Thursday, July 26, 2007

Bacon Soap?? Now this is recycling to the extreme!

Bacon Soap I stumbled upon this video the other day. It's amusing and believe it or not, informative in the sense that it does give a generic overview of how CP (cold process) soap is made. I'm not so sure I would ever use "bacon soap", but it's a novel idea. ENJOY!

This link will take you to the step-by-step instruction page and video clip.


groovygrrl said...

You probably have used "bacon" soap at one point or another. Lard is cheap, and makes a hard bar of soap. Many soap makers use lard as a base for their soaps. Check out some ingredient labels and see. Also, if you see "sodium tallowate" that's beef fat. Ivory soap has that.


Author , _Making Soap In Your Own Kitchen_,
a beginner's guide to soapmaking.

Denise said...

Yes, this is true, however, a dry process is used to render inedible fat. A wet process can also be used that utilizes steam to heat the raw material which is then pressed to remove a water-fat mixture which is separated into fat.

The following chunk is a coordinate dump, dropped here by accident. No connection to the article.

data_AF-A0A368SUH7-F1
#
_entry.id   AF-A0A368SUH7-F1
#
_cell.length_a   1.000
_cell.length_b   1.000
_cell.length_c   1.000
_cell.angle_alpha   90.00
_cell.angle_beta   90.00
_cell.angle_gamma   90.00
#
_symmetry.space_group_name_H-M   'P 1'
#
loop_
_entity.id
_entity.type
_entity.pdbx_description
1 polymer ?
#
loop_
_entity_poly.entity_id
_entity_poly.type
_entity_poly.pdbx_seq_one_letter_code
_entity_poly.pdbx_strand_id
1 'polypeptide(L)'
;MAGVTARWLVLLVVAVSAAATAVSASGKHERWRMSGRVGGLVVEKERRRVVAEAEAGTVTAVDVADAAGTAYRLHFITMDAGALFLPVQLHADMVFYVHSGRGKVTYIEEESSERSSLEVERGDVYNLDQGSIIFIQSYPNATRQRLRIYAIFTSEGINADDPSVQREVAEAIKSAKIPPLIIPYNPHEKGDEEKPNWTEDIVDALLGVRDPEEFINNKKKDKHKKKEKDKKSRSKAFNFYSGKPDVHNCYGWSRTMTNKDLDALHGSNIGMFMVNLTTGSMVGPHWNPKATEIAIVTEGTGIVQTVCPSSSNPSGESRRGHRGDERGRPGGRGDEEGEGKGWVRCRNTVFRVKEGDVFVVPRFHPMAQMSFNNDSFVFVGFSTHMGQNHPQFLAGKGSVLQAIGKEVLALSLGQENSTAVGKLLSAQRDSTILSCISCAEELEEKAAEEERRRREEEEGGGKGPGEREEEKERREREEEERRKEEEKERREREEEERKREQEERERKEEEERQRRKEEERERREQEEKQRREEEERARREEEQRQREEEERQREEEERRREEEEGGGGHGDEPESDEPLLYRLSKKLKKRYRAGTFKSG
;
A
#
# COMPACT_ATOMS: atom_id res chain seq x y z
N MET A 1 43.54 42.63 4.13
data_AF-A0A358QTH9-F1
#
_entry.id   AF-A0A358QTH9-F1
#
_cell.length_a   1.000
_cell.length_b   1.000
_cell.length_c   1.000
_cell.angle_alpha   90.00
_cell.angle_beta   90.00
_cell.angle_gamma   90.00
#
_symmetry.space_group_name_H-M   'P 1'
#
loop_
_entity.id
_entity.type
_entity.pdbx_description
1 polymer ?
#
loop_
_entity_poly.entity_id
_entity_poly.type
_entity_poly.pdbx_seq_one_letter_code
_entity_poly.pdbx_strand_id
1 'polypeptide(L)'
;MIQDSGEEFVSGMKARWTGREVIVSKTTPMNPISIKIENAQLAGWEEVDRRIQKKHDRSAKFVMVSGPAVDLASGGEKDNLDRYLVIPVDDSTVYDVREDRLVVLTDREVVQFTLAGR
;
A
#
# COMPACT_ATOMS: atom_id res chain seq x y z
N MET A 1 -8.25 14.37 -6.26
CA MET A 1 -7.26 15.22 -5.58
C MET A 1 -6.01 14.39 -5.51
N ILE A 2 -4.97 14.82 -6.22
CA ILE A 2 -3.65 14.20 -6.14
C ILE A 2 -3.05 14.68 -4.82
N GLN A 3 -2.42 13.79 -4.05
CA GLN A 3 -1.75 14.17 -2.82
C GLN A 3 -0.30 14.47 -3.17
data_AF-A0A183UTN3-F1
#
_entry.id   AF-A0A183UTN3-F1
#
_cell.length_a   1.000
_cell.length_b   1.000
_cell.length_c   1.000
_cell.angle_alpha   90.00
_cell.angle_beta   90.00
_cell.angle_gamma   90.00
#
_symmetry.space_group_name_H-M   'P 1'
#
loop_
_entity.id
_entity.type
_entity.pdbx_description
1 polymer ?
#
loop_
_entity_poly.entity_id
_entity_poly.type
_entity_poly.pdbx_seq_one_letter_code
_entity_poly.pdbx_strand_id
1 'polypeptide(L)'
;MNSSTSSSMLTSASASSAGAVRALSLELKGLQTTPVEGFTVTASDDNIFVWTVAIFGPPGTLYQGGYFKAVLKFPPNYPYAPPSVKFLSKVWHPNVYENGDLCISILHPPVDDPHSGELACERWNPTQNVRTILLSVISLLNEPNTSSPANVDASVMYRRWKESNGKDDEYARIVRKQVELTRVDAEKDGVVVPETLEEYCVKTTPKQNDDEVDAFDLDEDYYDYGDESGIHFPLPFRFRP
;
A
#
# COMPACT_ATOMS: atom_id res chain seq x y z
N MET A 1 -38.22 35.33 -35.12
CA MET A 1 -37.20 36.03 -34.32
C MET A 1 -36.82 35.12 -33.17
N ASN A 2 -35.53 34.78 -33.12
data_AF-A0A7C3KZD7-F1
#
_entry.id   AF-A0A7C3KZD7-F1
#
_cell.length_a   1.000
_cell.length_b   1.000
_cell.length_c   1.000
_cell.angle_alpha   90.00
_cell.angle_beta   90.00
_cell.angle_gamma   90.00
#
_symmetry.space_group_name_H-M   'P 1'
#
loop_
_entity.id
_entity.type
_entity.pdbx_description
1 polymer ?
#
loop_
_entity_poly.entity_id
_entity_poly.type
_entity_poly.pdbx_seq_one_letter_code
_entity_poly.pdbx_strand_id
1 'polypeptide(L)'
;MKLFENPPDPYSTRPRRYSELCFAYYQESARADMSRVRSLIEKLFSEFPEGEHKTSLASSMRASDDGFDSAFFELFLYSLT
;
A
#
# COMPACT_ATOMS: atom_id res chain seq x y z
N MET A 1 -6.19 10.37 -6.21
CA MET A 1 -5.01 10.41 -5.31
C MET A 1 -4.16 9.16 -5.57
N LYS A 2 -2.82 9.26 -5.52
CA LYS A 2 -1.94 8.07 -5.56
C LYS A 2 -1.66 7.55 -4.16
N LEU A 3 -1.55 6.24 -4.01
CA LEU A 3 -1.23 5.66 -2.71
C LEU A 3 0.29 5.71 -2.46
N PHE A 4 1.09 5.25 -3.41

No doubt, pork fat has a long history in soap making, but most individuals don't fry the bacon on the stove top to render the fat. The thought of having bacon chips in my bath soap just isn't appealing. Can you imagine how a consumer would respond if they purchased a can of lard at the grocery store that looked like the rendered lard in the Bacon Soap Video? Yuk!

Thanks for the comment!